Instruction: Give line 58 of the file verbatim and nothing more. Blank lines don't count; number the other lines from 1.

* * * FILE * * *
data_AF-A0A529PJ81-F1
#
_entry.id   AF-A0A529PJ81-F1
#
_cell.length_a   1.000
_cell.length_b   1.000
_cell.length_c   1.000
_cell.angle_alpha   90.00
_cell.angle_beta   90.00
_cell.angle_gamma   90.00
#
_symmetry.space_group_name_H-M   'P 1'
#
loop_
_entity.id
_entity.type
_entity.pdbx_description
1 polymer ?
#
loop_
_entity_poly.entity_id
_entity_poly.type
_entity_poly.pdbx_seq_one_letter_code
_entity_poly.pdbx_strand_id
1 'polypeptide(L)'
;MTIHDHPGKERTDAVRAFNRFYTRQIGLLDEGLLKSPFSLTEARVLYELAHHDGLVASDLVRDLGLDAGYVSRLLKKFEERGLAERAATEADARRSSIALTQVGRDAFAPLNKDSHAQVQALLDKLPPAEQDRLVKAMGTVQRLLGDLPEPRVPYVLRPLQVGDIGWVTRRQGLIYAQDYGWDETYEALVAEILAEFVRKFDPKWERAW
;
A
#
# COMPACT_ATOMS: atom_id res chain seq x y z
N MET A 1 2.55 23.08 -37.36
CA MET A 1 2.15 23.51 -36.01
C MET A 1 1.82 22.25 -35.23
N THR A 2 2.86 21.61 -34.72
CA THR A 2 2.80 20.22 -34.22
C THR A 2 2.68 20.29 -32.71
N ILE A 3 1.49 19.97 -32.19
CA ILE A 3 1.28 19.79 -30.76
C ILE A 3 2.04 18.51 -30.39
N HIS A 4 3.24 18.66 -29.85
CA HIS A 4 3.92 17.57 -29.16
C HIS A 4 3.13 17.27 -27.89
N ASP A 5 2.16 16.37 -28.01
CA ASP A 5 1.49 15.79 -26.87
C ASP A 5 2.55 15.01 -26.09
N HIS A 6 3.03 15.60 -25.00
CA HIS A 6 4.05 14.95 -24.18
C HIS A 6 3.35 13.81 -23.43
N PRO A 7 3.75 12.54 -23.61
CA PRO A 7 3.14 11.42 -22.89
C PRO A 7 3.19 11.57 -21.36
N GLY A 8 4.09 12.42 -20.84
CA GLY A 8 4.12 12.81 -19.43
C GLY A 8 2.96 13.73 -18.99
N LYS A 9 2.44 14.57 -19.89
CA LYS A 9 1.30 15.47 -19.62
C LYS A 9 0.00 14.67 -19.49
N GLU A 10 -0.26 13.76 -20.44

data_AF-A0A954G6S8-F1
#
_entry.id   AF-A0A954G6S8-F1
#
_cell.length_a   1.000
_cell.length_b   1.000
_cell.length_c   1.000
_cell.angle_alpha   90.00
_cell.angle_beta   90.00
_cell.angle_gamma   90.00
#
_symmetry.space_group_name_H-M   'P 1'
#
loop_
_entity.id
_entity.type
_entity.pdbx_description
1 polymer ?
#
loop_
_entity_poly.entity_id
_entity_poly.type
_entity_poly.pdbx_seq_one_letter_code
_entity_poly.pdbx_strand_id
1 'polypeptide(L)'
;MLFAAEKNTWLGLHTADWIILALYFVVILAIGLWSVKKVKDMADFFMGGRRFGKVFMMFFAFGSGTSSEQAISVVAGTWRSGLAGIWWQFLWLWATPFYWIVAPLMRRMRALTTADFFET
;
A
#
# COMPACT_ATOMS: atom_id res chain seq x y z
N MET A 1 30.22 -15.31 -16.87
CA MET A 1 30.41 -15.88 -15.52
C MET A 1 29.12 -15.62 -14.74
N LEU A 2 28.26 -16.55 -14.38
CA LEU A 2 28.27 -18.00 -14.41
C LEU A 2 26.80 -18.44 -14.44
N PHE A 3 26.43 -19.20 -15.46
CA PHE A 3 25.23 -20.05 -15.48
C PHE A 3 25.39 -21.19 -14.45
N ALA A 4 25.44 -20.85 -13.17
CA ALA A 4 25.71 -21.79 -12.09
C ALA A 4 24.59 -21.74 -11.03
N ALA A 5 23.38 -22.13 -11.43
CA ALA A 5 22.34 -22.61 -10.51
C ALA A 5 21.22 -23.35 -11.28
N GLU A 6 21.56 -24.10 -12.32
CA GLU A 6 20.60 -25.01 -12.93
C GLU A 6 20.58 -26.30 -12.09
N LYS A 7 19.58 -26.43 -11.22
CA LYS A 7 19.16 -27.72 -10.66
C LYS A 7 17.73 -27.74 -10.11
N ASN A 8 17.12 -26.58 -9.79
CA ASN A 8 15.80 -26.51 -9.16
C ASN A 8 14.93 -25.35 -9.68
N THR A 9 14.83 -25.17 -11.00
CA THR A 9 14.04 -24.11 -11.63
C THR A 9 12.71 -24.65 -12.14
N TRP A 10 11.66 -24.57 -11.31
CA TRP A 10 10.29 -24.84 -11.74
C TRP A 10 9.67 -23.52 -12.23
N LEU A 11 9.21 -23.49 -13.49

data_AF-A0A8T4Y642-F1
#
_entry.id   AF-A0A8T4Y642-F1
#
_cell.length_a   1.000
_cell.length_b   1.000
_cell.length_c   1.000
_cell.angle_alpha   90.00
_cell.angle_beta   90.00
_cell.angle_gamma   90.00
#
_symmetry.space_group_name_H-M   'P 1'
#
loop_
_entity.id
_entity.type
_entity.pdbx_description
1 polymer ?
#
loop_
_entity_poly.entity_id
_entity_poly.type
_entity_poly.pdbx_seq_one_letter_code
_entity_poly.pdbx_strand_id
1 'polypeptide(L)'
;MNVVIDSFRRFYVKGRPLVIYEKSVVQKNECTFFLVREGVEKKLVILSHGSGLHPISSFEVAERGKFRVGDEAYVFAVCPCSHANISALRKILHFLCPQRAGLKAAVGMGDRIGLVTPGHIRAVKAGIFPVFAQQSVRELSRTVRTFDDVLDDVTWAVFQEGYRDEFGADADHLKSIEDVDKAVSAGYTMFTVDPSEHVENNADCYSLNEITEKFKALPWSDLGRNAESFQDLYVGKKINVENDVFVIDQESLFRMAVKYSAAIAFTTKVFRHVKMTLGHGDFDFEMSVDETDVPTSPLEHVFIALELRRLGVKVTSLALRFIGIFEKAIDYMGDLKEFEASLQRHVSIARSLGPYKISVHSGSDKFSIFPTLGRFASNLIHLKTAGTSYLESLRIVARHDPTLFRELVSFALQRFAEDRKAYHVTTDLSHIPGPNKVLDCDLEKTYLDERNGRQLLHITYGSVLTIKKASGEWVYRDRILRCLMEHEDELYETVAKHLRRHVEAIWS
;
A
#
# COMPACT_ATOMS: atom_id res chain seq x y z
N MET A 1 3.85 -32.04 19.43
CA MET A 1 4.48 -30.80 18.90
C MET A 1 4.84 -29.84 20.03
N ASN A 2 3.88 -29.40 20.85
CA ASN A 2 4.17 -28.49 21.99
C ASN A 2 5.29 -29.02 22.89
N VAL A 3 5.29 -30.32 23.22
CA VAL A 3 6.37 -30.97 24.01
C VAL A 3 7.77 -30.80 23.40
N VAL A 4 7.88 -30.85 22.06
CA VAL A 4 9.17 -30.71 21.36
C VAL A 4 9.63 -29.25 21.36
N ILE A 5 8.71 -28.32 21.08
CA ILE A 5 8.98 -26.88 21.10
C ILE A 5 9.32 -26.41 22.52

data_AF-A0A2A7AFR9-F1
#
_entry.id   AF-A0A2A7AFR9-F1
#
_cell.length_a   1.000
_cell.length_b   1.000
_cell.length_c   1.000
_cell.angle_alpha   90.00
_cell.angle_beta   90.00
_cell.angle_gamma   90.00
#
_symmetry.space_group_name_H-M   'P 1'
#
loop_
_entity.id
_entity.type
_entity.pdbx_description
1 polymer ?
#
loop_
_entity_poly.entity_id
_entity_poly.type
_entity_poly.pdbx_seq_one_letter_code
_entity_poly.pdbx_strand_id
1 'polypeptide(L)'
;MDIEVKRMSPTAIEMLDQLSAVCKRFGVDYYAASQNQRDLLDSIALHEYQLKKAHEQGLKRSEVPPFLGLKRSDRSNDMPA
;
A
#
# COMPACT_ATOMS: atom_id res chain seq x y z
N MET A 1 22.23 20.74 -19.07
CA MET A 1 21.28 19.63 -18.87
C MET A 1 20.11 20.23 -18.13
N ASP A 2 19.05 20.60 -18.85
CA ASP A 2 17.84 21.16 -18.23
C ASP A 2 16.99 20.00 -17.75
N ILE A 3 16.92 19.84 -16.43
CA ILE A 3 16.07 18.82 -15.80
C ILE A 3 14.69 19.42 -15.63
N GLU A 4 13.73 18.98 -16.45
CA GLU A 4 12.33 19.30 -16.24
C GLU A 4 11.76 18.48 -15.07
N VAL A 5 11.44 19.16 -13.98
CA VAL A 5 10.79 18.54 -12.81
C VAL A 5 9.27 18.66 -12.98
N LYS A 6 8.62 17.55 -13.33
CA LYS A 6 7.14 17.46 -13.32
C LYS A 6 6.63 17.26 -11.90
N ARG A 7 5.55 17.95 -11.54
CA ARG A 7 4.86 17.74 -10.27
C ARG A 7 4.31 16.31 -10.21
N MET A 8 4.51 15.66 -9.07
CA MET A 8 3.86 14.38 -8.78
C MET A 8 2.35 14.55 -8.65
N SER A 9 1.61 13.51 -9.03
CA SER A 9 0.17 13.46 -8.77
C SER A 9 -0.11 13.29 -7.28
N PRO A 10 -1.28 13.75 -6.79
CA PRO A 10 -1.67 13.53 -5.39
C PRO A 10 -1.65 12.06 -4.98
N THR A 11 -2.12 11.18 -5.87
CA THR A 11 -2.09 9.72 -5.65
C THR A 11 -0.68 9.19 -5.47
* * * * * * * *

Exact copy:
N GLU A 10 -0.26 13.76 -20.44